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How does Bungie manage to pump out so much content for Destiny across four game systems? Well, they actually have a little help... from High Moon Studios. It was finally revealed recently that Destiny, the multi-million dollar brand that Activision and Bungie kicked off last year is actually more of a group effort than many people may have originally thought.
Over on the weekly update section of the Bungie website, it was made known in a short blurb at the bottom of the piece that High Moon Studios helped out with Destiny. Deej writes...
Bungie would like to give an official shout-out to the fine men and women at High Moon Studios. For a while now, we’ve kept our love secret, but it has become known that they’re working with us. Please join us in welcoming them to the party!
That's very interesting but not surprising.
A lot of games these days are so large in scope or contain so many different areas that require a lot of asset distribution that sometimes multiple studios will help out throughout the development of a game. Call of Duty games are now notorious for having two or three studios working on them at a time in order to meet the biennial release schedule (although, to give the devs a bit more breathing room the studios are now on a triennial schedule).
In the case of Destiny, we knew previously that the game has a fairly hefty production budget over the course of its decade long span of content but now we find out that High Moon Studios – popular for their work on the Cybertron Transformers games, as well as their work on Call of Duty and the Deadpool game – has been lending a silent hand to Bungie.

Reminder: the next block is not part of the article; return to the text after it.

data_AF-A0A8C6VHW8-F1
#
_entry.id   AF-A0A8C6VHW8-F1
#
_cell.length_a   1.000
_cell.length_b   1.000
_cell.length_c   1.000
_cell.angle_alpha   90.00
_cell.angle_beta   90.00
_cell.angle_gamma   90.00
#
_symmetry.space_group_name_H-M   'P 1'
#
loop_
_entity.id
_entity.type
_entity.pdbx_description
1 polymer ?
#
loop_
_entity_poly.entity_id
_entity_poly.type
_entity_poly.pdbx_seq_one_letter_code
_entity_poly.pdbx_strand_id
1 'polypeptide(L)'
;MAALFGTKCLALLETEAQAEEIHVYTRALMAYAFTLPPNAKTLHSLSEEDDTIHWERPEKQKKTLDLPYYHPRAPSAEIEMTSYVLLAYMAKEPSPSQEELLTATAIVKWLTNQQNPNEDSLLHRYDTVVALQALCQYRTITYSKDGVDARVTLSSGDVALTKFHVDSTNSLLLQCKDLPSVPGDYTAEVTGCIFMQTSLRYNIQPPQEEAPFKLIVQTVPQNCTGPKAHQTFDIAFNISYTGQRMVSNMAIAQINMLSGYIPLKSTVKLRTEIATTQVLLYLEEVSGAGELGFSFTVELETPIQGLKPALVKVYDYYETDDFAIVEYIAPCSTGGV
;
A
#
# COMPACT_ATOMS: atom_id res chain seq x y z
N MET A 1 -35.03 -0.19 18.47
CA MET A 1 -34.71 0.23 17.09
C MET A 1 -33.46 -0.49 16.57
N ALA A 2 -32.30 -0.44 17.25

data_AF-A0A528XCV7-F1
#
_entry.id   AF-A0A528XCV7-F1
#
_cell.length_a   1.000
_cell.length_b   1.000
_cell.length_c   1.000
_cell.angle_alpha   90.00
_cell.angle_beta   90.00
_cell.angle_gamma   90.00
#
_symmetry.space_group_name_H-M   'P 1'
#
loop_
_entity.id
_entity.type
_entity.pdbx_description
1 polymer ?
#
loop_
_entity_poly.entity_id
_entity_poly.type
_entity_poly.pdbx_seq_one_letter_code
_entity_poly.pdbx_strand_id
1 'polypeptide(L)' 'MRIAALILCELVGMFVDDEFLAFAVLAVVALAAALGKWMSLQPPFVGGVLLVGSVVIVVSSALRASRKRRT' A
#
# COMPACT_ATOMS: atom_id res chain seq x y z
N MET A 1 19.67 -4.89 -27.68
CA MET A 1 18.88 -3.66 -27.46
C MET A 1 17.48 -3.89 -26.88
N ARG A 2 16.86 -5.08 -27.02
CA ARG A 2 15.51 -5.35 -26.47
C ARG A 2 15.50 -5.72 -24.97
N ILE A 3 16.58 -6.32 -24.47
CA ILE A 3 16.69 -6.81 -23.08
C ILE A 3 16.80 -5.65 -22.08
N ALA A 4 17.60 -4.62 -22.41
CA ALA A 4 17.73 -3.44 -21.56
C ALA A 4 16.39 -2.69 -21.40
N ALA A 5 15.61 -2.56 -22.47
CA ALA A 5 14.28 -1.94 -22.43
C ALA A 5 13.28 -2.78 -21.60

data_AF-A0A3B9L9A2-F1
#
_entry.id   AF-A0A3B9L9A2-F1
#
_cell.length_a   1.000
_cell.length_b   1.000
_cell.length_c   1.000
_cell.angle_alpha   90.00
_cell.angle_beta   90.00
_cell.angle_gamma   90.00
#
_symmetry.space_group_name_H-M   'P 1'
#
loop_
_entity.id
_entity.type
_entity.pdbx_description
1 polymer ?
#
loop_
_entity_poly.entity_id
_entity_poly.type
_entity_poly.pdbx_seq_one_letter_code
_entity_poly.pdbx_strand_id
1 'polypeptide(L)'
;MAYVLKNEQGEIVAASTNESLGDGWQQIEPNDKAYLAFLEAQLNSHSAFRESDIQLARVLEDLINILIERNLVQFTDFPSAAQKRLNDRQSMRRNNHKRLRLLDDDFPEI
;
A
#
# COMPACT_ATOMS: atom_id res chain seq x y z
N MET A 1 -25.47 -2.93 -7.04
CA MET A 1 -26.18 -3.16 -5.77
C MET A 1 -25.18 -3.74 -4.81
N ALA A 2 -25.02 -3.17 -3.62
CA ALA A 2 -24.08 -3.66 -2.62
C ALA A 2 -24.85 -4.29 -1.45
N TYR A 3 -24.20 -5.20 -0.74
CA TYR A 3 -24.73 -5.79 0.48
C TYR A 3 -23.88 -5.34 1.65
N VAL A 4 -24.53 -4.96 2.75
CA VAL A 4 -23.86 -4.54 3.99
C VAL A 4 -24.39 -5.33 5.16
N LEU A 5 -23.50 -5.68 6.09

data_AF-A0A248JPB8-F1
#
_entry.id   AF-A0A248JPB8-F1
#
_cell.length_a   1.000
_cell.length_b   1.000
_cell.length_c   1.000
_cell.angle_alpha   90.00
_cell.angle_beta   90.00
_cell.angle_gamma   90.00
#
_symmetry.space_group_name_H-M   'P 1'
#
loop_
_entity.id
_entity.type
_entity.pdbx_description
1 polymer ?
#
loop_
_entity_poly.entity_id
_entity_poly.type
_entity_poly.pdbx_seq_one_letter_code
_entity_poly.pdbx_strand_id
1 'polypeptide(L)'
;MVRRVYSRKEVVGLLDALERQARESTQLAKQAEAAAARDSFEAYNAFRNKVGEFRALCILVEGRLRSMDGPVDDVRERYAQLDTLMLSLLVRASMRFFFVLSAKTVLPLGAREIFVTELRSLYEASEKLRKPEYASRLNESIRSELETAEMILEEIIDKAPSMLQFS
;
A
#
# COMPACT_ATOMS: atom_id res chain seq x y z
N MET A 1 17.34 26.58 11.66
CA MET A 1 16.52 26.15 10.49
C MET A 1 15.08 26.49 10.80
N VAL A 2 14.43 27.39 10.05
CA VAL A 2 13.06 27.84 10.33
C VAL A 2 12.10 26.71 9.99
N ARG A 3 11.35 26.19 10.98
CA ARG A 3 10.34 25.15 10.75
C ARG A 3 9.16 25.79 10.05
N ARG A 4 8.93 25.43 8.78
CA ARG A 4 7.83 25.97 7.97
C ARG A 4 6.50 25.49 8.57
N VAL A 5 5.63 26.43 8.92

The weekly news update on Bungie's website covers a heck of a lot of other content either in the game or coming to the game. They rolled out some details on the Trials of Osiris event, giving gamers an idea as to how the performance has been in the competitive multiplayer bouts. They showed the heat signatures of a map's pressure points and revealed where players where bringing the pain and where they were getting killed. It's interesting data, no doubt.
They revealed that close to 4 million matches have been played and more than 118 million kills have been rolled out since the House of Wolves expansion went live for Destiny this past May.
The team is also working on dealing with hackers and cheaters; it may be an online only game but there are still those who wish to make things difficult for others by bending the rules in some areas and flatout breaking them in others.
I'm still not sold on Destiny just because it reeks of a game limited by the architecture of seventh gen gaming. I would be interested to see what Bungie can churn up by focusing solely on the eighth-gen consoles or at least offering PC gamers a take on the title. But until then gamers are stuck with a cross-gen shooter.
You can check out Gaming Blend's own review of the House of Wolves DLC to see if it contains enough content to get you back into the sci-fi fight.